The below YouTube video is of a breed suitability test (they seem to call it a “breed survey”) which is quite similar to the RKNA SE and ZTP (in this test, the dog doesn’t actually have to run blinds as in a ZTP, but is challenged by a helper in a sleeve to apparently test the dogs self assurance).  The video does a great job of showing the measurement taking phase, the critique, and the temperament testing which are all part of the RKNA SE:


Having earned Zeus’s SE title, I’m extremely proud of my dog, and more than a little proud of myself.  This is a nice accomplishment for us, and makes me feel really good about using Zeus as a stud dog for breeding.  We’re one point closer to Zeus’s RKNA CH title (he has 4 our of 5 points needed as of this writing), and we’re going to continue the work we’re doing with our local IPO club – we hope to trial for our BH in the Fall, and perhaps our IPO 1 in the Spring.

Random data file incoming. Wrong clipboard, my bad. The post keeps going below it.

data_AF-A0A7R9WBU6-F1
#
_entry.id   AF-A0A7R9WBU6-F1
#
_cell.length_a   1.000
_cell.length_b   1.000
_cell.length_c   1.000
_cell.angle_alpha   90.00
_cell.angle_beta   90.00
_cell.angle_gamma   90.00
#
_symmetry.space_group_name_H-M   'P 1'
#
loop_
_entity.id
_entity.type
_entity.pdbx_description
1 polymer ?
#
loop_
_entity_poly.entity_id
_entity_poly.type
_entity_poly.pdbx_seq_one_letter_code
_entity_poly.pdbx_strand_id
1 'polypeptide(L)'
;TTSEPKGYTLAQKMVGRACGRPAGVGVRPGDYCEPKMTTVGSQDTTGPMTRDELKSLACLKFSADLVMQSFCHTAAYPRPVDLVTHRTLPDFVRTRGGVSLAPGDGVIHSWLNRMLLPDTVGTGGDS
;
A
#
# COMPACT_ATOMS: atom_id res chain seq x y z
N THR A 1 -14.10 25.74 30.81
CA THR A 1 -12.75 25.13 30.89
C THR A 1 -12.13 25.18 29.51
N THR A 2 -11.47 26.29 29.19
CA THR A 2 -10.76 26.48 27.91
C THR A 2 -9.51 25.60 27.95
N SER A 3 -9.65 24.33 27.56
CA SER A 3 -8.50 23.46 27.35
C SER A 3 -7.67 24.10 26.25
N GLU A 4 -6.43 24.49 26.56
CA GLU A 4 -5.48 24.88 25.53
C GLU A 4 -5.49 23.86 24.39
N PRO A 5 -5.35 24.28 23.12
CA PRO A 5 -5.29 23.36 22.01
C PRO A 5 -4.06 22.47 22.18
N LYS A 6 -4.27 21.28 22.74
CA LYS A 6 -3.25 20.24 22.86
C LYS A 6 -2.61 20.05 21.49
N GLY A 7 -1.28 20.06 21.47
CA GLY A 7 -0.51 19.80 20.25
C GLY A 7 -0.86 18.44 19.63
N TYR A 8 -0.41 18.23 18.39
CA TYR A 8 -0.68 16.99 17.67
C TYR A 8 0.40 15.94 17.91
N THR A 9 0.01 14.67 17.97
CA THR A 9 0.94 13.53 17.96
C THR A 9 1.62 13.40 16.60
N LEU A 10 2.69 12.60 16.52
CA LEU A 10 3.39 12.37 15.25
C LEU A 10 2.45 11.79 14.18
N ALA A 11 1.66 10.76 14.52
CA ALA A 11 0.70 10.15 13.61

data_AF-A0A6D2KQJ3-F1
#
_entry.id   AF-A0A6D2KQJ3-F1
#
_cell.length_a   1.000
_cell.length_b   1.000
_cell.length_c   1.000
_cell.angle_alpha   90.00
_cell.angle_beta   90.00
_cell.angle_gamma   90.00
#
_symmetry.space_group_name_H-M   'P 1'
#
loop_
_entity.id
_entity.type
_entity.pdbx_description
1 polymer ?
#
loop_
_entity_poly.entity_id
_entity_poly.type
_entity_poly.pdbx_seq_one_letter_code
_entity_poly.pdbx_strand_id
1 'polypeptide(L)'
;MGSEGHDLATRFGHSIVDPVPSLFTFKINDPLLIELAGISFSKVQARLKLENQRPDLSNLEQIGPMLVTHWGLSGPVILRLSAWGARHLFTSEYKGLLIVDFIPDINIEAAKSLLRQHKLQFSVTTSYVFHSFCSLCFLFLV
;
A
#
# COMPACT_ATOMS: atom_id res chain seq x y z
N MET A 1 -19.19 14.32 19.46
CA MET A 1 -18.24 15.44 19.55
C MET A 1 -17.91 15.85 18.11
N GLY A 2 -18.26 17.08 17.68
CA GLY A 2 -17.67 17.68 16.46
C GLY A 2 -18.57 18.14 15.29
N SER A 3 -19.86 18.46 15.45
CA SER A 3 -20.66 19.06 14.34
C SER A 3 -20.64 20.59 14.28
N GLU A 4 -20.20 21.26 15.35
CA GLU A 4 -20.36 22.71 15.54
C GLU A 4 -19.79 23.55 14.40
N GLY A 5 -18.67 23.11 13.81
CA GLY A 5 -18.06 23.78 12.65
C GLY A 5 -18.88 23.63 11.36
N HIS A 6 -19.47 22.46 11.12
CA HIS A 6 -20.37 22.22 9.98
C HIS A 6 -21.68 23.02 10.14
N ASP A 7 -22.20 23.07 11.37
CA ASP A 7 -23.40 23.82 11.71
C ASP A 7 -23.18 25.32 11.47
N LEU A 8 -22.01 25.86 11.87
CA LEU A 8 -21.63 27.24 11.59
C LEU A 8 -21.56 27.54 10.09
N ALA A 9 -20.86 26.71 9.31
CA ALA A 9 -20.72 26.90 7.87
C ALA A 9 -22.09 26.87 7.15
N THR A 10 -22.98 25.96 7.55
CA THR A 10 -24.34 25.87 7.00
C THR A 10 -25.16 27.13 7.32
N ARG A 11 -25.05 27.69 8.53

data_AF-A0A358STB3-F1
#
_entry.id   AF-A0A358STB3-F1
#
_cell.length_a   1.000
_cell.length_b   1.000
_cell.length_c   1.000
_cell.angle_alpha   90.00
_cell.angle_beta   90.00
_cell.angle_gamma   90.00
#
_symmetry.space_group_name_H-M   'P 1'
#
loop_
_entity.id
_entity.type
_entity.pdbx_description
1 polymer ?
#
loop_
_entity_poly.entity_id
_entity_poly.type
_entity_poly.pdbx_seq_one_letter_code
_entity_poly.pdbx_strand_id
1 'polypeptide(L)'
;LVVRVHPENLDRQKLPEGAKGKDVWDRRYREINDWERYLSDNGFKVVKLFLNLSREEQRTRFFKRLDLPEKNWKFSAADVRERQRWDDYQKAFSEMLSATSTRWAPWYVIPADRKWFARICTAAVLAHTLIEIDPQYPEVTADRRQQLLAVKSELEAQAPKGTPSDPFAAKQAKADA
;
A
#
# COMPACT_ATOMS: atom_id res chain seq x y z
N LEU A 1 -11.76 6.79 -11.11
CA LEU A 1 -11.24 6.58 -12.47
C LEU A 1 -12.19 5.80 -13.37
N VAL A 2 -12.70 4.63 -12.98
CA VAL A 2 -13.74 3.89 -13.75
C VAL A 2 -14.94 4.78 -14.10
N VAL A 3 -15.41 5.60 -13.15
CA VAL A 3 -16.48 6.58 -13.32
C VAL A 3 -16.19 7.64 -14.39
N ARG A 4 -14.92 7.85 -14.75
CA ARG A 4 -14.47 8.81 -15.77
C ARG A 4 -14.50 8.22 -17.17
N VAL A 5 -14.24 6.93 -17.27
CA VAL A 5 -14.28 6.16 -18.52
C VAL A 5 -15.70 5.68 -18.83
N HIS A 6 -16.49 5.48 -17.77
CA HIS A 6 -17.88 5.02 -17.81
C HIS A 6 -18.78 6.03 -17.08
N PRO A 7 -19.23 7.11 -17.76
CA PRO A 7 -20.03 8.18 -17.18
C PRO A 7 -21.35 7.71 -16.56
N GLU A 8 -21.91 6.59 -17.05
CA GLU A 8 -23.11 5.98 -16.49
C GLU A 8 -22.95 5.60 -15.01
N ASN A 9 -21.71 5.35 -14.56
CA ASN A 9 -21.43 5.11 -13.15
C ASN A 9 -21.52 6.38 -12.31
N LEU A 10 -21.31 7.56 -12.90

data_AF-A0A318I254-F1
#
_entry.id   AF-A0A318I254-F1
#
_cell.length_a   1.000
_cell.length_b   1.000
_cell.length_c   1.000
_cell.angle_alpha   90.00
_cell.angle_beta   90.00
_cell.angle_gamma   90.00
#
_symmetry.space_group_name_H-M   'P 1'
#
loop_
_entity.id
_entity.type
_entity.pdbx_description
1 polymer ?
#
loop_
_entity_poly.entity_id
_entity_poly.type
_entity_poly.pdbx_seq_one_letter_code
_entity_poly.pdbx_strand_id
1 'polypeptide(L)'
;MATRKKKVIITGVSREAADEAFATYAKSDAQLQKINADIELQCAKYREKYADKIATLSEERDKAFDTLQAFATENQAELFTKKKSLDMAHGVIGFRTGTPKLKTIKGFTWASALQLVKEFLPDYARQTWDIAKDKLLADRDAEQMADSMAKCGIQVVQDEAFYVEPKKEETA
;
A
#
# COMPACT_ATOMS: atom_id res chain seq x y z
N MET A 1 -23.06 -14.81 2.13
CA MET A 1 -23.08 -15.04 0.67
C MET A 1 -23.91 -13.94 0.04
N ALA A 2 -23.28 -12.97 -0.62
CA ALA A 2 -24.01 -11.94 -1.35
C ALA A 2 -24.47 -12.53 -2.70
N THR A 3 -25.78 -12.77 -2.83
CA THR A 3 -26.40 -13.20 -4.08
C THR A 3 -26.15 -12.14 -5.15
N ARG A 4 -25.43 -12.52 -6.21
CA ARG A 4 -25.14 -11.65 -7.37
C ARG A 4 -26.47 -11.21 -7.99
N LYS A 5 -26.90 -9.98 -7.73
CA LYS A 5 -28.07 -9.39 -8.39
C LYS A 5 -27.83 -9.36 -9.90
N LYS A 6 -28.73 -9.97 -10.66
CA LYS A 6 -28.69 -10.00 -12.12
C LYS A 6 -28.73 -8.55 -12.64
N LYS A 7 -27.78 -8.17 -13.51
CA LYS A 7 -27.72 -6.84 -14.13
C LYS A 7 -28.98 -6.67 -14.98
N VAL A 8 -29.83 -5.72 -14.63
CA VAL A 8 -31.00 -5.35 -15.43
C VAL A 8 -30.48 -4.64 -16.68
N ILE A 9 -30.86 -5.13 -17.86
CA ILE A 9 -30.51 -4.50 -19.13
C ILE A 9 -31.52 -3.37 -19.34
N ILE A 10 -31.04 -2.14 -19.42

About John B. Holbrook, II
John B. Holbrook, II is a freelance writer, photographer, and author of, as well as and *All text and images contained in this web site are the original work of the author, John B. Holbrook, II and are copyright protected. Use of any of the information or images without the permission of the author is prohibited.